Sunday, November 13, 2011

View from the DOW

Lots of you have been asking what it is like to look at storms with the DOW radar.

We spend a lot of time looking at what we call Range Height Indicator (RHI) scans, which are essentially vertical scans through the storm.

Here's one from today taken from our location just west of Daybreak through the mountains near the University of Utah.  We see very high radar reflectivities where the radar intersects the mountains, but also deeper and stronger radar reflectivities near and over the mountains, which usually is correlated with a higher precipitation rate.

In the low-levels over the valley and nearer the radar you can see that the radar reflectivity decreases near the ground.  This is likely because of the sublimation and evaporation of snow and rain as it falls into the dry low levels.  Such sub-cloud sublimation and evaporation is one of the causes of the climatological difference in precipitation between the mountains and valleys of Utah.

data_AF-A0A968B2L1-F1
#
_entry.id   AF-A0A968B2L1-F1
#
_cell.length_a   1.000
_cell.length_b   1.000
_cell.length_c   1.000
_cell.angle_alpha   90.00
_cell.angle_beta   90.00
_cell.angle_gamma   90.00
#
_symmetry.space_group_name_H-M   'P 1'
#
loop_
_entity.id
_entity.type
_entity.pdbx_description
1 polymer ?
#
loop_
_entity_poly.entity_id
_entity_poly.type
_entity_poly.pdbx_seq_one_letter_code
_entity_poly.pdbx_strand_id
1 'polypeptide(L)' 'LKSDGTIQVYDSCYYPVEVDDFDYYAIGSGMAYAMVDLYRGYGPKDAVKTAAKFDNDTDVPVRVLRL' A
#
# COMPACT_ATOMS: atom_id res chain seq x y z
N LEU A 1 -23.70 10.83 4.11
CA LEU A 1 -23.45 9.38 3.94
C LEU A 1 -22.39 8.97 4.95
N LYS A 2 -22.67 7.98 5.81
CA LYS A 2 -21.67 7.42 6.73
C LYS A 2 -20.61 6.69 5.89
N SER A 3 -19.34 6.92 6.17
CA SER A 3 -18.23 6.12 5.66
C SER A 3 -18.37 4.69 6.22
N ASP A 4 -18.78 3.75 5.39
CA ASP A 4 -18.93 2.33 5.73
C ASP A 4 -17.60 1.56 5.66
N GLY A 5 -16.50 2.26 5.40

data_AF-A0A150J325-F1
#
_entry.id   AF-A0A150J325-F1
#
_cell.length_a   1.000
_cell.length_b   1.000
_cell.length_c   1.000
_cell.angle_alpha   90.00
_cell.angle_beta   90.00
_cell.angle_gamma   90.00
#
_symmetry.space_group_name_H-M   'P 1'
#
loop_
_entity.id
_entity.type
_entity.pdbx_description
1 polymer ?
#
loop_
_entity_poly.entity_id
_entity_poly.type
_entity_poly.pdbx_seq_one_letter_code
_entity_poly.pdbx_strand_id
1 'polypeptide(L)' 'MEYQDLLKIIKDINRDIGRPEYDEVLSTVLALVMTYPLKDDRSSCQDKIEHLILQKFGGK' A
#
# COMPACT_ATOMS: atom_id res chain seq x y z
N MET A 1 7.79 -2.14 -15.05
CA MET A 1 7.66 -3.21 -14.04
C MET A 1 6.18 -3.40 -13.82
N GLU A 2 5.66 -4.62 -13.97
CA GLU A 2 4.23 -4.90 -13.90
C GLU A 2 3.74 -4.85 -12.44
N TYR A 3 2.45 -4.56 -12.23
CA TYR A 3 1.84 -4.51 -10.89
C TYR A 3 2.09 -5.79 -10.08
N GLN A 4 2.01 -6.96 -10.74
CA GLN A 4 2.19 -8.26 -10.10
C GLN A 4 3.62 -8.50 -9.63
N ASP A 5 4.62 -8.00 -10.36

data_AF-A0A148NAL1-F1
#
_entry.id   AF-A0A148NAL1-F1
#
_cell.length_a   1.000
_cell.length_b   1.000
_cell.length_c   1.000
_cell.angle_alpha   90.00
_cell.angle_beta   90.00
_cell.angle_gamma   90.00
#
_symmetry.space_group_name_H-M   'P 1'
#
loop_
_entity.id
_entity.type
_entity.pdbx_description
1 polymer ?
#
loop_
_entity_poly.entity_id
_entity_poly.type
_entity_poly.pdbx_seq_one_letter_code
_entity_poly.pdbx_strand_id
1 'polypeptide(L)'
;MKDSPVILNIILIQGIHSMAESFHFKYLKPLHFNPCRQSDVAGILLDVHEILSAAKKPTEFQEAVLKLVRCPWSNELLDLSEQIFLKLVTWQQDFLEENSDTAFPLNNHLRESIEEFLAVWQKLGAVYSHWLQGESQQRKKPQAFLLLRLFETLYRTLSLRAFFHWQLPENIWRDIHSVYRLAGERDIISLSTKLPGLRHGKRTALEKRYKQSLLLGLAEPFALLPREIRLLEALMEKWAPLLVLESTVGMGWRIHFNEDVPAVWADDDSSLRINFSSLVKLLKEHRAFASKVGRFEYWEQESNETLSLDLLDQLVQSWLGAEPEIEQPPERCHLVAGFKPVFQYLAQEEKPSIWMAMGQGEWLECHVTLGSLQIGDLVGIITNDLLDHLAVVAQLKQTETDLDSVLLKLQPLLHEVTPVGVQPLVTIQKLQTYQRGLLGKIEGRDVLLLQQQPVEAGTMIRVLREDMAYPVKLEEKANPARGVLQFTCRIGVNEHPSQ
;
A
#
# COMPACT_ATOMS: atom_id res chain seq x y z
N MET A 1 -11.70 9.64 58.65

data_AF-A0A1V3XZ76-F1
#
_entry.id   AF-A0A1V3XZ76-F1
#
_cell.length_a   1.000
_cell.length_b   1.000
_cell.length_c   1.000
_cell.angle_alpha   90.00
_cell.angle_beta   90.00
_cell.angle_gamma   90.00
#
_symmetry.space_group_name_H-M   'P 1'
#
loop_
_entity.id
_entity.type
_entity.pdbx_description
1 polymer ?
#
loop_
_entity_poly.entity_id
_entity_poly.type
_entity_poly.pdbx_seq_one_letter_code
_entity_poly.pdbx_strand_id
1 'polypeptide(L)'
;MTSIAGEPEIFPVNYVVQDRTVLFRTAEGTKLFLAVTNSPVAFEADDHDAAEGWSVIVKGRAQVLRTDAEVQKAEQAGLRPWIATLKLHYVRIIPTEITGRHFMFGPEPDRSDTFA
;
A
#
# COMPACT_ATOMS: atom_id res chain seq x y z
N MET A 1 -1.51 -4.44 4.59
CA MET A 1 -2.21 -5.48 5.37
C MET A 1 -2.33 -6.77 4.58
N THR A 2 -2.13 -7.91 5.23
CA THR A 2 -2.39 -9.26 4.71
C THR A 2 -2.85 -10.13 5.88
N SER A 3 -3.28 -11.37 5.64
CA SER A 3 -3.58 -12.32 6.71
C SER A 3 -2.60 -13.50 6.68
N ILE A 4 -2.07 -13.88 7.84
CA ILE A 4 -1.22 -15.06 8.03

The color tables used in the DOW are designed for looking at intense midwest convection.  The orographic precipitation we get in Utah is a bit more subtle.  Hence, a bit of squinting is needed to pick out these features in the image above.

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